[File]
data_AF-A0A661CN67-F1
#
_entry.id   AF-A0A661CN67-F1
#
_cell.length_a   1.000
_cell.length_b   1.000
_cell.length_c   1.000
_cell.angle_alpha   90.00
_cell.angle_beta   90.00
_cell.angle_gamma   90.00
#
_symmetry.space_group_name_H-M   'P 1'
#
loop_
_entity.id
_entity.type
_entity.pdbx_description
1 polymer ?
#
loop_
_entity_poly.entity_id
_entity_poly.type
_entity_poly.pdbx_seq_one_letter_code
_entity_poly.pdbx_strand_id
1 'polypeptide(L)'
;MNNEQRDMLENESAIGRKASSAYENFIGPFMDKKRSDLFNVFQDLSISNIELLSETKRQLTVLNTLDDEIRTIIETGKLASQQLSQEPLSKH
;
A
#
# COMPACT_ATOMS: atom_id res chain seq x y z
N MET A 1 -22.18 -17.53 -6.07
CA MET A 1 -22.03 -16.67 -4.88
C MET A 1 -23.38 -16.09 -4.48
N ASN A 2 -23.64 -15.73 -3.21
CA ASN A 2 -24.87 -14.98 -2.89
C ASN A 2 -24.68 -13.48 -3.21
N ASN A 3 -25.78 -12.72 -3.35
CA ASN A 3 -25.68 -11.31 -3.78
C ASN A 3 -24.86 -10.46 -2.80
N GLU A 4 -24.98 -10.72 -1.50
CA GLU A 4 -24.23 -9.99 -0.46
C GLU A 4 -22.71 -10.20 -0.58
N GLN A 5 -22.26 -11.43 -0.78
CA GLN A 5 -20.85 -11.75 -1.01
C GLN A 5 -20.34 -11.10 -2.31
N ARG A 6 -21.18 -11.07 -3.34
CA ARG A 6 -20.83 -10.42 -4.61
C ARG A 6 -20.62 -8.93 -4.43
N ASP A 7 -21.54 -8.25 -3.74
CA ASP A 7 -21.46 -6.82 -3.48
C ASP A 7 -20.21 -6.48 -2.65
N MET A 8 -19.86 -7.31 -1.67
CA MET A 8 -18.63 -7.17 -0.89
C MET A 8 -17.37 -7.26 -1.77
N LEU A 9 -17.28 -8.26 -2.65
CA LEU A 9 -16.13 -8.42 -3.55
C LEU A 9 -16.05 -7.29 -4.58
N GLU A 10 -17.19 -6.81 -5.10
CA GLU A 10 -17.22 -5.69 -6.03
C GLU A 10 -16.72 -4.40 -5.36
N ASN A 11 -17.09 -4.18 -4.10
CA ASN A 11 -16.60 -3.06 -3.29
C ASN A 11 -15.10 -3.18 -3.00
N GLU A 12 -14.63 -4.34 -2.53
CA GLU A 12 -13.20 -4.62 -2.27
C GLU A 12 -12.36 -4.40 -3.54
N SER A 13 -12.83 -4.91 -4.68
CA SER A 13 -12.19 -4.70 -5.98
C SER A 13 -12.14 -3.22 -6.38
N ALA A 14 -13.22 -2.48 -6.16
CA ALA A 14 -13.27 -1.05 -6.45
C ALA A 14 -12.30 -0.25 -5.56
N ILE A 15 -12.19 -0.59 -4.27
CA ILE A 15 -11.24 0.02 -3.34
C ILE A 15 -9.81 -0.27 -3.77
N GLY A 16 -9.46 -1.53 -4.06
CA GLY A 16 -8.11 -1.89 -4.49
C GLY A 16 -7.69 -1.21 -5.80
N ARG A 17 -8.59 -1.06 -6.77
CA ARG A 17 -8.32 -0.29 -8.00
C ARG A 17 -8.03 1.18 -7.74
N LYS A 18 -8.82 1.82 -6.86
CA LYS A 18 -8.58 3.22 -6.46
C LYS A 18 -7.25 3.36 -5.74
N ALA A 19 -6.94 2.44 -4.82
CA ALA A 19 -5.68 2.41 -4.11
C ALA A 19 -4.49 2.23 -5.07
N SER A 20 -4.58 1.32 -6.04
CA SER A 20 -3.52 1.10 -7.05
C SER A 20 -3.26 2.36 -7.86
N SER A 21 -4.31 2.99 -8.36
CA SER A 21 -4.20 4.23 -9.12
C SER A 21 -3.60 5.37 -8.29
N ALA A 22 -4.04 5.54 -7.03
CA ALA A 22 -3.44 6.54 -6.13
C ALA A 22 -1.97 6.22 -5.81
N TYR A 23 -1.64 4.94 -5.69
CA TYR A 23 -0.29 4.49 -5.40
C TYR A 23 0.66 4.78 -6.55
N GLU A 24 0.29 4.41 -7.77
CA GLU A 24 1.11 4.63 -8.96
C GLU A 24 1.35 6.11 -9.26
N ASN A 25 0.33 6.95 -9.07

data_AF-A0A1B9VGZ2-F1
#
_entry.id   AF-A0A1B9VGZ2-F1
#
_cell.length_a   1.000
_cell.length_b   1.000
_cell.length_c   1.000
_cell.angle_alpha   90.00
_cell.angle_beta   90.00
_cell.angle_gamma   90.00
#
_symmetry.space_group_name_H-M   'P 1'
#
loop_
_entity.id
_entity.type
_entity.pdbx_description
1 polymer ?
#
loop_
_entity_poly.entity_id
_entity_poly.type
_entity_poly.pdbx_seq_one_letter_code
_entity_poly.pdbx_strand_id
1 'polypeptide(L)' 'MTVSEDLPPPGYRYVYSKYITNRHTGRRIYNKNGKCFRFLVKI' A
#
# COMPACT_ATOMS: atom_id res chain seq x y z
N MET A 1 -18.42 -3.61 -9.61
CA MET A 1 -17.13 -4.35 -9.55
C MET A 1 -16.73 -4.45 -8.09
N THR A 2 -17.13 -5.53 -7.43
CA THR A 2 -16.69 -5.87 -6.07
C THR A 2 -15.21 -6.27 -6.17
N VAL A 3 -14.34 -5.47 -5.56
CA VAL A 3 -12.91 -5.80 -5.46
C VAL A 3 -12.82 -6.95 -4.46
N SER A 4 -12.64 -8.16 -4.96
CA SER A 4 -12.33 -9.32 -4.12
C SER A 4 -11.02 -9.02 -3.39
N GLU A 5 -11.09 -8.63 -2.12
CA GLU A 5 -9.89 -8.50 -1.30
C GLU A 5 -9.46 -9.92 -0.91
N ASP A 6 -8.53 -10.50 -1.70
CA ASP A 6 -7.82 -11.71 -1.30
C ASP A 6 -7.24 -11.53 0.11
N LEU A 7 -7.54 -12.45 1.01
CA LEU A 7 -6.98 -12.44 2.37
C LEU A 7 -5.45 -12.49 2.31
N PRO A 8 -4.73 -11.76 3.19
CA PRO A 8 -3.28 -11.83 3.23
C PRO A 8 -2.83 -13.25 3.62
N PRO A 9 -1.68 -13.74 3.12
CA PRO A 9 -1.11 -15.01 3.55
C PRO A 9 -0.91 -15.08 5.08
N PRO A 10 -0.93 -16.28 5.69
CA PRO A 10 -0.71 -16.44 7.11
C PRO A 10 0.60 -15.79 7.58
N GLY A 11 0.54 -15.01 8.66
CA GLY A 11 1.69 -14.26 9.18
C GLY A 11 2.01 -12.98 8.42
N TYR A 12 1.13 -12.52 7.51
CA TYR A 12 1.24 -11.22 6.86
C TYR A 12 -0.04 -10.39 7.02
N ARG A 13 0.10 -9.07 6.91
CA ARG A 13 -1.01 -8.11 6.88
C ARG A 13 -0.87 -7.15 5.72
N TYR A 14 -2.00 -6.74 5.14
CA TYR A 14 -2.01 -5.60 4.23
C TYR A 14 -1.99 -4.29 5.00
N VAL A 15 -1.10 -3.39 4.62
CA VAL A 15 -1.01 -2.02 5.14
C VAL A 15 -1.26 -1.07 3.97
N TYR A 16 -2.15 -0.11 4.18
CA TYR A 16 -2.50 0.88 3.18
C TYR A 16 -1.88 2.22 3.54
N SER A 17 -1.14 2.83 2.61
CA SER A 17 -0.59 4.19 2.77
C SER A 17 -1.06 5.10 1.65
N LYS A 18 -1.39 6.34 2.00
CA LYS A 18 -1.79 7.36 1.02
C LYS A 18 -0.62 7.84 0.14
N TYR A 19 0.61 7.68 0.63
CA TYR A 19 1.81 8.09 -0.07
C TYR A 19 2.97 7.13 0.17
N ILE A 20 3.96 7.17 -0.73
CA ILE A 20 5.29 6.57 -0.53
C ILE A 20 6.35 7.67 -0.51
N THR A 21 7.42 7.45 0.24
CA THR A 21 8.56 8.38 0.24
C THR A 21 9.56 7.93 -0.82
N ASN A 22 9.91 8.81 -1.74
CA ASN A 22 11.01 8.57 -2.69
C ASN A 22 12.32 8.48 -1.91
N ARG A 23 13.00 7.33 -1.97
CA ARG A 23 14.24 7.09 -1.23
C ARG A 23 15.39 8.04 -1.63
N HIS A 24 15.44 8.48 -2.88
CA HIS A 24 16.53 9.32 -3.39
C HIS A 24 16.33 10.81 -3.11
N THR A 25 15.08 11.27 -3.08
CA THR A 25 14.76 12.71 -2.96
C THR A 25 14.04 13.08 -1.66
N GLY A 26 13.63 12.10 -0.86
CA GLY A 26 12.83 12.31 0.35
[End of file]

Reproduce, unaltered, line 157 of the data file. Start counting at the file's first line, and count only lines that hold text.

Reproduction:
C PRO A 9 -0.91 -15.08 5.08